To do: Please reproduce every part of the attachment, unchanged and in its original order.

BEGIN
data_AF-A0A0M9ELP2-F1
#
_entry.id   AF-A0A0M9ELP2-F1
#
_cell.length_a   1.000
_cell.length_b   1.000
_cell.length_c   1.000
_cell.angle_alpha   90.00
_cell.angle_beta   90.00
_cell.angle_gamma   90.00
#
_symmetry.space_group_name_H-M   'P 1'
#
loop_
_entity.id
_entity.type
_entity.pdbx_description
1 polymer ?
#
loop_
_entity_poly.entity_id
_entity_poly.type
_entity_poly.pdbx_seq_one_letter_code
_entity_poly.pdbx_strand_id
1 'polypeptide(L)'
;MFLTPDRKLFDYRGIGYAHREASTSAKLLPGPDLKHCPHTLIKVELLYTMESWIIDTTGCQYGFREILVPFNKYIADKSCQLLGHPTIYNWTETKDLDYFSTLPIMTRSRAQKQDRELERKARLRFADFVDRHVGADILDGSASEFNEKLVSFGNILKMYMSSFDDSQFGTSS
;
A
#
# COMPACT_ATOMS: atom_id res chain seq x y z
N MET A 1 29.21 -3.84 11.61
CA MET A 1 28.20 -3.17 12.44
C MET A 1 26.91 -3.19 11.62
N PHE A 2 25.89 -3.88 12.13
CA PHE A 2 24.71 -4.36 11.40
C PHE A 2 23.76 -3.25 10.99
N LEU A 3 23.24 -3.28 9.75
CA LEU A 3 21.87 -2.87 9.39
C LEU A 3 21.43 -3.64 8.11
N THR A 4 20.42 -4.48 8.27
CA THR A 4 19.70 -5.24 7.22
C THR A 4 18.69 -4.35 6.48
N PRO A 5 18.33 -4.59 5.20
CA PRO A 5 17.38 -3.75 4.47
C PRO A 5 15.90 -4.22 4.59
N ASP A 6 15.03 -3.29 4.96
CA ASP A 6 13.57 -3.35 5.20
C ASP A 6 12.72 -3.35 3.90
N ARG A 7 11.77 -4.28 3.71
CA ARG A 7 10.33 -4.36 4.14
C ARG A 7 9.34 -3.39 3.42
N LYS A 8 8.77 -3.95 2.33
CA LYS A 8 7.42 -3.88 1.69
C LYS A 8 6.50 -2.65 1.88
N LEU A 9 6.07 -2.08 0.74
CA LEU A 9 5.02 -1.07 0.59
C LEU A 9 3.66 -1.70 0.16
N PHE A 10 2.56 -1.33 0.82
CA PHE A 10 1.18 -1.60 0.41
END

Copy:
data_AF-A0A0M9ELP2-F1
#
_entry.id   AF-A0A0M9ELP2-F1
#
_cell.length_a   1.000
_cell.length_b   1.000
_cell.length_c   1.000
_cell.angle_alpha   90.00
_cell.angle_beta   90.00
_cell.angle_gamma   90.00
#
_symmetry.space_group_name_H-M   'P 1'
#
loop_
_entity.id
_entity.type
_entity.pdbx_description
1 polymer ?
#
loop_
_entity_poly.entity_id
_entity_poly.type
_entity_poly.pdbx_seq_one_letter_code
_entity_poly.pdbx_strand_id
1 'polypeptide(L)'
;MFLTPDRKLFDYRGIGYAHREASTSAKLLPGPDLKHCPHTLIKVELLYTMESWIIDTTGCQYGFREILVPFNKYIADKSCQLLGHPTIYNWTETKDLDYFSTLPIMTRSRAQKQDRELERKARLRFADFVDRHVGADILDGSASEFNEKLVSFGNILKMYMSSFDDSQFGTSS
;
A
#
# COMPACT_ATOMS: atom_id res chain seq x y z
N MET A 1 29.21 -3.84 11.61
CA MET A 1 28.20 -3.17 12.44
C MET A 1 26.91 -3.19 11.62
N PHE A 2 25.89 -3.88 12.13
CA PHE A 2 24.71 -4.36 11.40
C PHE A 2 23.76 -3.25 10.99
N LEU A 3 23.24 -3.28 9.75
CA LEU A 3 21.87 -2.87 9.39
C LEU A 3 21.43 -3.64 8.11
N THR A 4 20.42 -4.48 8.27
CA THR A 4 19.70 -5.24 7.22
C THR A 4 18.69 -4.35 6.48
N PRO A 5 18.33 -4.59 5.20
CA PRO A 5 17.38 -3.75 4.47
C PRO A 5 15.90 -4.22 4.59
N ASP A 6 15.03 -3.29 4.96
CA ASP A 6 13.57 -3.35 5.20
C ASP A 6 12.72 -3.35 3.90
N ARG A 7 11.77 -4.28 3.71
CA ARG A 7 10.33 -4.36 4.14
C ARG A 7 9.34 -3.39 3.42
N LYS A 8 8.77 -3.95 2.33
CA LYS A 8 7.42 -3.88 1.69
C LYS A 8 6.50 -2.65 1.88
N LEU A 9 6.07 -2.08 0.74
CA LEU A 9 5.02 -1.07 0.59
C LEU A 9 3.66 -1.70 0.16
N PHE A 10 2.56 -1.33 0.82
CA PHE A 10 1.18 -1.60 0.41